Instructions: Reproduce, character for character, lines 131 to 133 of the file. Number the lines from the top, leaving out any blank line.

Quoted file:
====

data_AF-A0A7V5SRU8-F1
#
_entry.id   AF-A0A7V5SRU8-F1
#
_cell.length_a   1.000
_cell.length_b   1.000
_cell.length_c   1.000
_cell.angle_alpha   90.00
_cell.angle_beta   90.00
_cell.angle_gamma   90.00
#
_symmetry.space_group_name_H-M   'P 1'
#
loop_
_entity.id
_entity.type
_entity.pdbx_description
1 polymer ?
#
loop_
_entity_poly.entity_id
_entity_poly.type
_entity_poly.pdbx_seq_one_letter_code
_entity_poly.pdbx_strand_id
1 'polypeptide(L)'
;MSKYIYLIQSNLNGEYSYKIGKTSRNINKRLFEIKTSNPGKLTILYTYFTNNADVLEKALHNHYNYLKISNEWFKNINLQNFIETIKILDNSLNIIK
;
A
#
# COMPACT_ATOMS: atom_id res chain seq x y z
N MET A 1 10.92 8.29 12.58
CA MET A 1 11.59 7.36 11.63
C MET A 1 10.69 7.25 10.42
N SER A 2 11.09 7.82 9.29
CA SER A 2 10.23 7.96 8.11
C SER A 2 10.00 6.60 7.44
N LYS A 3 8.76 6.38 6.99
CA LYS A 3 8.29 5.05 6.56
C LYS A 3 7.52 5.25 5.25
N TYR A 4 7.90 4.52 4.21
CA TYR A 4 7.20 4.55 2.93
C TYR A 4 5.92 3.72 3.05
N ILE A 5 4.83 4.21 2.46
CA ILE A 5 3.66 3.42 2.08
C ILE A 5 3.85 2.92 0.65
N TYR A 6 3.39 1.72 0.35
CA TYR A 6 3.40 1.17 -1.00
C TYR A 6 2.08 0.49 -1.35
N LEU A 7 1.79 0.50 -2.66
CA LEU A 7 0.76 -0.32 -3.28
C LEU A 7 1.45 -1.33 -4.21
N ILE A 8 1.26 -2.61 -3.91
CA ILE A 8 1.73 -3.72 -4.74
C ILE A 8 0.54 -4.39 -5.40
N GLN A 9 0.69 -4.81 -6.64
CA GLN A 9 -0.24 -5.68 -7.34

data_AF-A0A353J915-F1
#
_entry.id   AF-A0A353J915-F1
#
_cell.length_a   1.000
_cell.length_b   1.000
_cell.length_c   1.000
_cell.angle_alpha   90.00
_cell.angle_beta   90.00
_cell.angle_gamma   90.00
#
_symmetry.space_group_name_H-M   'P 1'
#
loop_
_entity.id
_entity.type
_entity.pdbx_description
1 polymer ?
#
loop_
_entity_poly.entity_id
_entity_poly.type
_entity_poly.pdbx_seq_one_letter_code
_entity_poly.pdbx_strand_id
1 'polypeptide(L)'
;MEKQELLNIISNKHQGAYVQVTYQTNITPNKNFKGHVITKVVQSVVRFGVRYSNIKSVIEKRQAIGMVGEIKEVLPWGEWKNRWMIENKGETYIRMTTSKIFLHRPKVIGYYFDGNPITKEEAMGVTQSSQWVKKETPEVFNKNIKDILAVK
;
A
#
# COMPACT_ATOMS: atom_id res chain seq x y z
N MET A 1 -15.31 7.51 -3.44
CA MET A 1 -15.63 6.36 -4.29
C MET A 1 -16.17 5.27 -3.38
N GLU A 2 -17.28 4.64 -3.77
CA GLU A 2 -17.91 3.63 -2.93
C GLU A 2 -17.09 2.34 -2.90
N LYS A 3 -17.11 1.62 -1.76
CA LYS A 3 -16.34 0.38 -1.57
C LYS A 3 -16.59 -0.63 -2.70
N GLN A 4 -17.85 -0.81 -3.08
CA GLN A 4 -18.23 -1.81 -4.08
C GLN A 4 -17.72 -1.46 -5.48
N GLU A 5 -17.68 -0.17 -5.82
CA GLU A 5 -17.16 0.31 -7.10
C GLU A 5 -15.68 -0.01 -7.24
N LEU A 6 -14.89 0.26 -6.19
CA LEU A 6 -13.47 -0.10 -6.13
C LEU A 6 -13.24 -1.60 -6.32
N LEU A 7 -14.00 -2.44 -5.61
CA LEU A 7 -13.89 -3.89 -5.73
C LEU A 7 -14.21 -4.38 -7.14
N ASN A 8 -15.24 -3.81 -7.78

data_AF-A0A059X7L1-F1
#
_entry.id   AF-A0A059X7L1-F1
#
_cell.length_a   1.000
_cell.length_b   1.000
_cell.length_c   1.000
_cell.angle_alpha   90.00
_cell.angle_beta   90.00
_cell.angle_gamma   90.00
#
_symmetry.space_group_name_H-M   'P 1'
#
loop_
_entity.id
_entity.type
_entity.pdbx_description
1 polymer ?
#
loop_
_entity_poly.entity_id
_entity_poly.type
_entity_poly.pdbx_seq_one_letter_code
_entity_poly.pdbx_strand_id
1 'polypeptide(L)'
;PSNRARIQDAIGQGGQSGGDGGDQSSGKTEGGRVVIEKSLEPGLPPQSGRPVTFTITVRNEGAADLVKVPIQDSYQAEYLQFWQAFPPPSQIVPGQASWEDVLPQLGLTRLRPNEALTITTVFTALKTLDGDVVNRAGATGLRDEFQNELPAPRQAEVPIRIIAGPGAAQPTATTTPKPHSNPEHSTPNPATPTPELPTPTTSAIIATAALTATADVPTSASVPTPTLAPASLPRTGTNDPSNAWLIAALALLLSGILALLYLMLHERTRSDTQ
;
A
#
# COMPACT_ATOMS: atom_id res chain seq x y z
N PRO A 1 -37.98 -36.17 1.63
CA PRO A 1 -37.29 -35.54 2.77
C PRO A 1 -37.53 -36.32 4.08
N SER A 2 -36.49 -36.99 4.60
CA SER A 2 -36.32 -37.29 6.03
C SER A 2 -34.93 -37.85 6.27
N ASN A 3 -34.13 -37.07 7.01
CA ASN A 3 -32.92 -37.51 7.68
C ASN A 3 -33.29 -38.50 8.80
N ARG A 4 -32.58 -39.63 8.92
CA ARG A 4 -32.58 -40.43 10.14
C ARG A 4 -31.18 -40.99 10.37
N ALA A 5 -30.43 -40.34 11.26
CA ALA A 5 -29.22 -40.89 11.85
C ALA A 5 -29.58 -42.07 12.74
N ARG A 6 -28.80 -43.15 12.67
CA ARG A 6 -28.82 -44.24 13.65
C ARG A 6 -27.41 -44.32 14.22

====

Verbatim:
_entity_poly.pdbx_seq_one_letter_code
_entity_poly.pdbx_strand_id
1 'polypeptide(L)'